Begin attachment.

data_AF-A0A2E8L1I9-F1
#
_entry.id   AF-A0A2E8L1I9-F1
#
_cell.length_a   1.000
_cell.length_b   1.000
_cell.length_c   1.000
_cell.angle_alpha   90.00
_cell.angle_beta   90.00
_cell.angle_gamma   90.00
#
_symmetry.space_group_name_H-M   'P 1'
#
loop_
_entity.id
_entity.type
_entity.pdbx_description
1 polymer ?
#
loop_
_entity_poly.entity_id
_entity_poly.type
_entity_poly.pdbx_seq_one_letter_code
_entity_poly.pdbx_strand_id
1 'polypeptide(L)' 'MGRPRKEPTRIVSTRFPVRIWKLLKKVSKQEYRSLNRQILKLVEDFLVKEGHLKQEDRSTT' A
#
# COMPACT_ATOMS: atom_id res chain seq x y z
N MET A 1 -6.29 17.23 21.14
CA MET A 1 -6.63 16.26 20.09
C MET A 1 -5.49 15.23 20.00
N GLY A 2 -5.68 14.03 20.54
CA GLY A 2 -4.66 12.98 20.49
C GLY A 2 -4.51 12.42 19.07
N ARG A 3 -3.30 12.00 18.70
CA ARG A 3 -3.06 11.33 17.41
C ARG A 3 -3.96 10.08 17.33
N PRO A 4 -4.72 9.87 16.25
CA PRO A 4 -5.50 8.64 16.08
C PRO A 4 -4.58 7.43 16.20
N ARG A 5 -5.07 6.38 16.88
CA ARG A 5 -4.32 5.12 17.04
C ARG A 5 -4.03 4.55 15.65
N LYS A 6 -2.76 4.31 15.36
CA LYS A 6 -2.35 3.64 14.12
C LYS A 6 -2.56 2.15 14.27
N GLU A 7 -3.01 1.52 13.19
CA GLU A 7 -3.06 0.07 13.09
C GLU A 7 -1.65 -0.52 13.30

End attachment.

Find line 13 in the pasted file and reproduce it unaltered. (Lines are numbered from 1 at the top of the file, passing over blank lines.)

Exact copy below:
#